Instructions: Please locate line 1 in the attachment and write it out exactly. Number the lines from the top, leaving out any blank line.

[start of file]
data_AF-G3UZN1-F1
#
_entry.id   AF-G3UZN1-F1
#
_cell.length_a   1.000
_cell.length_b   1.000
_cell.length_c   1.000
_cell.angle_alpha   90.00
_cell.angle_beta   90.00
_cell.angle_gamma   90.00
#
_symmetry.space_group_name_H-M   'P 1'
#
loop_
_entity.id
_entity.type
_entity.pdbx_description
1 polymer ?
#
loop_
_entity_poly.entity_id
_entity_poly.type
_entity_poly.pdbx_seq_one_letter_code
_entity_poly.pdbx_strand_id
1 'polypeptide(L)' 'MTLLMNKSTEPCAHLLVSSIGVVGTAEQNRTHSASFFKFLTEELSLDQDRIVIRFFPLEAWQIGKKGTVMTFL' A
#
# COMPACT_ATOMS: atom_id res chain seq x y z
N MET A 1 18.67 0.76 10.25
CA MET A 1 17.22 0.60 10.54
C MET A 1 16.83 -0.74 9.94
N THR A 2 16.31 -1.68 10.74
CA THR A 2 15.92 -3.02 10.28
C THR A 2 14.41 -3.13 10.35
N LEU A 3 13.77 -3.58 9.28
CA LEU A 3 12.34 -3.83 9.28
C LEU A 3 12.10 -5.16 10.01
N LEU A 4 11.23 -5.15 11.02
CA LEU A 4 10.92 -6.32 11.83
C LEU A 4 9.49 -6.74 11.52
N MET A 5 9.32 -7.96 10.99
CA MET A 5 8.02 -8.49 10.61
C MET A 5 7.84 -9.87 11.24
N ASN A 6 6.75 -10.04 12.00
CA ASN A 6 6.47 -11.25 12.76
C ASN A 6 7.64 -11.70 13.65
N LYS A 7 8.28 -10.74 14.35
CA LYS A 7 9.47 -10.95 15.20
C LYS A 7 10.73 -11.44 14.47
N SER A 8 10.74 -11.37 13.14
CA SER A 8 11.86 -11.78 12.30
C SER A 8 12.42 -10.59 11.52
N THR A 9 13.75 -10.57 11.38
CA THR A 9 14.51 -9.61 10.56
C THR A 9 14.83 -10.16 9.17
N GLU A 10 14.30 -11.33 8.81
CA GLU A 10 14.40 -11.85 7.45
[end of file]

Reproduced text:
data_AF-G3UZN1-F1